The mediation took place over dinner at the Shangri-la Hotel. The parties agreed to arb-med, but did not attend the mediation. However, a third party attended, who the Tribunal believed was friendly with the Respondents. Further, the Secretary-General ("the SG") of the Commission acted as mediator and the mediation was conducted by the SG together with a party-appointed member of the Tribunal, whereas the presiding arbitrator and the other party-appointed member of the Tribunal did not attend. At the mediation, the Tribunal gave the view that it regarded the Share Transfer Agreements to be valid, but proposed that the Respondents compensate the Applicants by paying RMB250million. When this view was conveyed to the Respondents, they refused to pay the proposed compensation. After the arbitration had resumed, the Respondents made supplemental submissions, attacking the integrity of the Applicant and a hearing took place. Subsequently, the Tribunal issued an award to the effect that the Share Transfer Agreements were not valid, this being the opposite result of what was said during the mediation.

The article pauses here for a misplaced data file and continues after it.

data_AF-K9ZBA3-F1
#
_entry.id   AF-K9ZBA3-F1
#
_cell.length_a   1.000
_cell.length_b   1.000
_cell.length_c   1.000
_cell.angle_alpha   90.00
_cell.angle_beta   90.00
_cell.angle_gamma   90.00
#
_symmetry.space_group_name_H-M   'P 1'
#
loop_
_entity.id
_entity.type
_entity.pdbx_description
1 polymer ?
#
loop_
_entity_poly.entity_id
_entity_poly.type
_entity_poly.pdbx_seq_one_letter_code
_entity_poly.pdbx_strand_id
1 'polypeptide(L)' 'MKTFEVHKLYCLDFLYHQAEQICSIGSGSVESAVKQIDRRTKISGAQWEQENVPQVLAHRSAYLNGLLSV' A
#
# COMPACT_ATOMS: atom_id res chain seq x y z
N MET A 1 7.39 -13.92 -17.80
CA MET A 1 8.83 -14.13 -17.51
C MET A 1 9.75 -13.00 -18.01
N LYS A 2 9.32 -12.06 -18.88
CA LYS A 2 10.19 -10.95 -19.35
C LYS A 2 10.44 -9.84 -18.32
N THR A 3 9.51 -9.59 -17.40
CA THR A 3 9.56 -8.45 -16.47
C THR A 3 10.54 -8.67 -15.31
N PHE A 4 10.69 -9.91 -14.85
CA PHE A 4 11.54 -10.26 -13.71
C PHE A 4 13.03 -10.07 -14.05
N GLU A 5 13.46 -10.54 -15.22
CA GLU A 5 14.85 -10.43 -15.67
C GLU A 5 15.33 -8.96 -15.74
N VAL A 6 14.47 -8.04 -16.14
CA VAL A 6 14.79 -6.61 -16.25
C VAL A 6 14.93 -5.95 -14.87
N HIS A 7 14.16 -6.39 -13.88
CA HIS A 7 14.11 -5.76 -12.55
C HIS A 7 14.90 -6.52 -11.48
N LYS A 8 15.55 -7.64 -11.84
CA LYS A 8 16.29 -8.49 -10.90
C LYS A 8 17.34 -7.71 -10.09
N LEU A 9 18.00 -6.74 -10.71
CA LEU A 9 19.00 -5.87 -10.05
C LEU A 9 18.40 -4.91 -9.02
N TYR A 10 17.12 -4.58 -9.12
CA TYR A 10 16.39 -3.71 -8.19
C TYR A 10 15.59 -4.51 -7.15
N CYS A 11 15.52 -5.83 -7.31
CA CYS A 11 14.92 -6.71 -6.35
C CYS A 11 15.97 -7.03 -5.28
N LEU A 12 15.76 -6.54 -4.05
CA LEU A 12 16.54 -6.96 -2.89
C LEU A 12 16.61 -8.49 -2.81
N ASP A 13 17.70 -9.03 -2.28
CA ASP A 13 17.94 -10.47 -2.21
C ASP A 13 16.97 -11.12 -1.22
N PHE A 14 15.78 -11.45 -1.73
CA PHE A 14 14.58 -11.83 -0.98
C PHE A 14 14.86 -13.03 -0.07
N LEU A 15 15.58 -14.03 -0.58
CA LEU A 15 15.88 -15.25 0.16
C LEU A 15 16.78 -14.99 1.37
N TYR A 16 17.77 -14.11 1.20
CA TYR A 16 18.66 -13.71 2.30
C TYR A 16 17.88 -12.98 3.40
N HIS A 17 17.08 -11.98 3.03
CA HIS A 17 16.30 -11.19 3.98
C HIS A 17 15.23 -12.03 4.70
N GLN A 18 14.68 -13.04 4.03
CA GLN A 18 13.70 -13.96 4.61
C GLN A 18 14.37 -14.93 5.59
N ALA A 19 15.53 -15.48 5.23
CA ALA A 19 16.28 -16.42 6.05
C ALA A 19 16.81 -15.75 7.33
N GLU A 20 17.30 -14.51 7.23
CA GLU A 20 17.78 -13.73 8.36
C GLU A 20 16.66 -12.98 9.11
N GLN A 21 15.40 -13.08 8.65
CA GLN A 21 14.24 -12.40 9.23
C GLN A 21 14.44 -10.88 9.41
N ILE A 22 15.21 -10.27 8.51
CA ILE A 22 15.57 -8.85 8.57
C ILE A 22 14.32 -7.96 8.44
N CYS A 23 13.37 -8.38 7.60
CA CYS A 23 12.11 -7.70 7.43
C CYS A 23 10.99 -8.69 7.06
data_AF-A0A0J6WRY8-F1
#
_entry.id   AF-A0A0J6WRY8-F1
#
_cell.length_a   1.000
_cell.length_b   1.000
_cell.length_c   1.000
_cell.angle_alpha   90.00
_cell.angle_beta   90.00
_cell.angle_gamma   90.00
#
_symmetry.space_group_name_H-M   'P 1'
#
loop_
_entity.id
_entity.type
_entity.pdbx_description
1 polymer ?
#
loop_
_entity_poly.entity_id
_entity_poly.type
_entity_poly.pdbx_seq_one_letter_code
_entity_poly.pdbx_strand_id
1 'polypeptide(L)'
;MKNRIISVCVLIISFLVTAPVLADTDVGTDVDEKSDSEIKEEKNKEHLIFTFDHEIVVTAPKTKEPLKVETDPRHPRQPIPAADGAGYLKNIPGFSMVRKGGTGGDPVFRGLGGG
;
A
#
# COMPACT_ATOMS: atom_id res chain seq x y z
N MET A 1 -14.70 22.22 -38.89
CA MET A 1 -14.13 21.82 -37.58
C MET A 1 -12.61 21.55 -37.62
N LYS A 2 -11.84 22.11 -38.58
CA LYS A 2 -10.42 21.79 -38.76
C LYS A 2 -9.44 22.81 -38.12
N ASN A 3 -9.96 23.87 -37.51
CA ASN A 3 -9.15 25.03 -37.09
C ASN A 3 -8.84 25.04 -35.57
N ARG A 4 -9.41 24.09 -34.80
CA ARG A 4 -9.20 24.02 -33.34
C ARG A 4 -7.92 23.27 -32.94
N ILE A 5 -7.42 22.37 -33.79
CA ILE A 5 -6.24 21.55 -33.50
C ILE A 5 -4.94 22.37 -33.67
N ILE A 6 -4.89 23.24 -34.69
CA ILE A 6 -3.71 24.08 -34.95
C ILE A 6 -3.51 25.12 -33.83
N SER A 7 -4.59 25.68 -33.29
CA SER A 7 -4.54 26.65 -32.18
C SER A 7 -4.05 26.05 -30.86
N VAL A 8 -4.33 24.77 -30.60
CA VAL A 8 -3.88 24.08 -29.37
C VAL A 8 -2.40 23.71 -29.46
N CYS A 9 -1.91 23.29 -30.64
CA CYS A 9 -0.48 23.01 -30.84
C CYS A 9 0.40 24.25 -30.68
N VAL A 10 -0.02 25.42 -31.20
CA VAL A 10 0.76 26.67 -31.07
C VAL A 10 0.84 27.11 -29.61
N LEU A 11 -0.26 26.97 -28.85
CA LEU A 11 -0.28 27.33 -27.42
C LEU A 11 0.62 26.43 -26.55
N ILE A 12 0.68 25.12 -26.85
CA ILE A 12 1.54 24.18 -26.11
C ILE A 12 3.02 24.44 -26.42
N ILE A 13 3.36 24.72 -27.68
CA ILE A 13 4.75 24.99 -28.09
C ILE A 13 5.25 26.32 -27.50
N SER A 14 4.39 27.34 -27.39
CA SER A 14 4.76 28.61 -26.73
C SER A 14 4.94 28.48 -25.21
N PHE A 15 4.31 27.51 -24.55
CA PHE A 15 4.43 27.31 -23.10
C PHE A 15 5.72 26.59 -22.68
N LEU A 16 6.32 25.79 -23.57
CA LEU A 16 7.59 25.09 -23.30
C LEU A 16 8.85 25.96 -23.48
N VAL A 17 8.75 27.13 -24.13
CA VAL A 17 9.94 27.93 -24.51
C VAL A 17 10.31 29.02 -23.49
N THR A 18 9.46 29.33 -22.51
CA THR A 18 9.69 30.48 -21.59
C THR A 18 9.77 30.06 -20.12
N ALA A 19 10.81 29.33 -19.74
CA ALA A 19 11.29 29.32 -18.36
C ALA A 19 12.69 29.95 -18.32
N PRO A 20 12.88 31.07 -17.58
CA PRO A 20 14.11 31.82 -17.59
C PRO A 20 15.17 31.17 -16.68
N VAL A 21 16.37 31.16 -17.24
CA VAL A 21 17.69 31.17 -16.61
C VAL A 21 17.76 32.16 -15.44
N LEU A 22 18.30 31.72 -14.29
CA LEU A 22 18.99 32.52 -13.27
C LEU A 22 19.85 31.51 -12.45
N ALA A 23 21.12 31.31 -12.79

The Court of Appeal's decision


The key issues to be dealt with by the Court of Appeal related to waiver and apparent bias.


Had the Respondents waived their right to complain about any irregularities relating to the mediation?


The issue of waiver concerned whether the Respondents had waived their right to complain about the events in the Shangri-la Hotel. Contrary to Reyes J's conclusion, the Court of Appeal found that a clear case of waiver had been made out.